Conquest Student Housing, a firm accused of using intimidation and fraud against rival developers of off-campus student housing near USC, has agreed to stop challenging any competitors’ projects within two miles of the school.
USC and allied developers described the settlement, which was announced Friday, as a victory over a potential monopoly in the off-campus apartment business and as a step to provide more much-needed housing. Conquest said it was pleased that the settlement and a court-approved permanent injunction ended what the company said were false charges against it.
An increasing number of students live on or near USC, and the legal battle reflected the competitiveness of student housing firms in an increasingly lucrative market.
USC and developer Urban Partners sued Conquest in federal court in September, alleging that it was using illegal and harassing tactics to block a proposed complex that would house 1,600 students across the street from the university’s main campus, University Park.
In the permanent injunction agreed to by both sides in U.S. District Court, Conquest will drop all legal and regulatory actions against that project, known as University Gateway, and will not try to stop other construction plans near USC. Conquest also will end lawsuits and actions it filed in other communities around the country against Urban Partners’ projects.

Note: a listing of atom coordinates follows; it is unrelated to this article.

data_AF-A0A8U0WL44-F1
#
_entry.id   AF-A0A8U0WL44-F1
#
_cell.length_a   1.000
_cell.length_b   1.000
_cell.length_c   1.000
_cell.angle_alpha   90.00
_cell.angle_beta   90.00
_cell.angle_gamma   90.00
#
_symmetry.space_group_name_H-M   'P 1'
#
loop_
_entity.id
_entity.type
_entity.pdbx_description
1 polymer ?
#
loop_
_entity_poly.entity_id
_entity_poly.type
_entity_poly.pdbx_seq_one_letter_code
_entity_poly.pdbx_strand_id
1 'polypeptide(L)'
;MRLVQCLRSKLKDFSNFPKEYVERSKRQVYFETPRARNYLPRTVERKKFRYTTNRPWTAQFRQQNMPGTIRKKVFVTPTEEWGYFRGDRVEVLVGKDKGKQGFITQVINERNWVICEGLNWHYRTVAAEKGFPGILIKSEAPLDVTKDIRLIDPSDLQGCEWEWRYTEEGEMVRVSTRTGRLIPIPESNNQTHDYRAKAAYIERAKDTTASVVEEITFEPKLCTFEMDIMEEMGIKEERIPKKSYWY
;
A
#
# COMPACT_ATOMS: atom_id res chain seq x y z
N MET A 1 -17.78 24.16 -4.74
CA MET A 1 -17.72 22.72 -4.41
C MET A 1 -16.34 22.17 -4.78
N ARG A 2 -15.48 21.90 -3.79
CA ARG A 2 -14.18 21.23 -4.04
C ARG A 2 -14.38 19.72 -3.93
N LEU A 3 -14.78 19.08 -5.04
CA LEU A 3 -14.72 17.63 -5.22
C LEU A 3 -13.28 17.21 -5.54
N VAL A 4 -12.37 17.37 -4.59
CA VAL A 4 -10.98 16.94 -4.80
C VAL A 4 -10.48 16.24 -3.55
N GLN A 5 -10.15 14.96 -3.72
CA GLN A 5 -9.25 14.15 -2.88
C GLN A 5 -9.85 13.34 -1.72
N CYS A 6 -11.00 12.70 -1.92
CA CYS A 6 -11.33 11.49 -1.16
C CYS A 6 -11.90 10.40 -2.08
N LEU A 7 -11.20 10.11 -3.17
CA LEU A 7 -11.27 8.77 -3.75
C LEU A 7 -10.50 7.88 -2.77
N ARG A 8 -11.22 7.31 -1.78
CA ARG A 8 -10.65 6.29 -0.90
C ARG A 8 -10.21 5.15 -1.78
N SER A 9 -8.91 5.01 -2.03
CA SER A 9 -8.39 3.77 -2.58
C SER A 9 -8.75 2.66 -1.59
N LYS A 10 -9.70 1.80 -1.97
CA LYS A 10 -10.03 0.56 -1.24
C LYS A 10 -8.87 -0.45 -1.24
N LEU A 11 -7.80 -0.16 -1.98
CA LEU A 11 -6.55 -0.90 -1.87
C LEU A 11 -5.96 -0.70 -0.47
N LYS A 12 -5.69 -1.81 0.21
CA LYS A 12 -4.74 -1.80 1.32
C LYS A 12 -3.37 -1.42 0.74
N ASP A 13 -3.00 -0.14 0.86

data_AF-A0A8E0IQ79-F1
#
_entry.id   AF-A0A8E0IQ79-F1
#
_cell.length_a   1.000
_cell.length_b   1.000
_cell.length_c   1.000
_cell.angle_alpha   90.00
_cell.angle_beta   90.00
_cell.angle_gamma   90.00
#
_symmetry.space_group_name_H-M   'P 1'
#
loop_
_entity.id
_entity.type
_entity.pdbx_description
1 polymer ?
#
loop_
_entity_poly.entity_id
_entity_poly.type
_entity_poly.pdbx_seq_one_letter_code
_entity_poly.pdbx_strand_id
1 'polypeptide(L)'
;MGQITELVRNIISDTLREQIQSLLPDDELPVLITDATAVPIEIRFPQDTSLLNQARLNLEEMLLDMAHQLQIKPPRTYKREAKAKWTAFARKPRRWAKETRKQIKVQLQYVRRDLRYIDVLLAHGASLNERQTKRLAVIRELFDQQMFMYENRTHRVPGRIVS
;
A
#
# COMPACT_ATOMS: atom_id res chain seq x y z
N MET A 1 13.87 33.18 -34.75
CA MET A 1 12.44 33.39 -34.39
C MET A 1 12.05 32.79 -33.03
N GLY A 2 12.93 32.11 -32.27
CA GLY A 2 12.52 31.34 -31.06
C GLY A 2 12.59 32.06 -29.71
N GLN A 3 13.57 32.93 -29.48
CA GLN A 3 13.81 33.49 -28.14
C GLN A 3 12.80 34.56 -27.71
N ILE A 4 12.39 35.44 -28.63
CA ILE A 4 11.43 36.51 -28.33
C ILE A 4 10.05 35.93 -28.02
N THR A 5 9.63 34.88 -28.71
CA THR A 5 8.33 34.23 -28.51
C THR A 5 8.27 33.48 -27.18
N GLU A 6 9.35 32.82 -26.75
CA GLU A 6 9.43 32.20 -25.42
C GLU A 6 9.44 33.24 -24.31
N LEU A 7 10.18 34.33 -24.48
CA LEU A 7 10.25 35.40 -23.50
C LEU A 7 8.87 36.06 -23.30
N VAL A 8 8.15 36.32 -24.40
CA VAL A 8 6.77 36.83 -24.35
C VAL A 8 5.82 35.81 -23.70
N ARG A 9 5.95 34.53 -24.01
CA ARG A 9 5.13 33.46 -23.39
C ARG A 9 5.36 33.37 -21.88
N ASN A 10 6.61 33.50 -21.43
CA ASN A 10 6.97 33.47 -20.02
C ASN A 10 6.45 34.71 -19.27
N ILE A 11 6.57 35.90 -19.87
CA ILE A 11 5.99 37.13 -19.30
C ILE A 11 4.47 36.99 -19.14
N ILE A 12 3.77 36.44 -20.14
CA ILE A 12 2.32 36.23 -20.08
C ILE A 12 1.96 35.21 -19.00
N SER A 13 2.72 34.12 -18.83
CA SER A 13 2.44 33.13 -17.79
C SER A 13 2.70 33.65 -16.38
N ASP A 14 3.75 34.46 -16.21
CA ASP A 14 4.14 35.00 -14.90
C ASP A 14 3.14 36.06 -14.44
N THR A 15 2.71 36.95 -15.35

In exchange, USC and Urban Partners will end their federal suit against Conquest. The suit contended, among other issues, that a Conquest official allegedly described his firm as being like Al Qaeda in trying to scare off rivals in the growing USC housing market.
Michael L. Jackson, USC’s vice president of student affairs, said he was pleased with the injunction.
It “allows USC to focus on meeting the housing needs of our students without fear of vexatious litigation designed to monopolize the student housing market around the campus,” he said in a prepared statement.
USC owns some of the land at the University Gateway project, at Jefferson Boulevard and Figueroa Street.
Matthew Burton, a principal of Urban Partners, said that he was “elated” by the news and that the injunction would make it much easier to proceed with the construction plan. He said he expected groundbreaking this summer, with completion slated for the 2010-11 school year.
Conquest contended that the federal lawsuit was an attempt to squelch its right to express its concerns about what it said was University Gateway’s insufficient parking and other issues.
Attorney Kent Raygor, who represented Conquest, stressed that the settlement was voluntary and did not contain any admission of liability by any party in the case.
The allegations against Conquest were “silly and false,” and all sides decided to resolve the matter to avoid the expense and uncertainty of a full trial, he said.
With units for 1,400 students in 19 buildings, Conquest describes itself as the largest provider of off-campus housing near USC.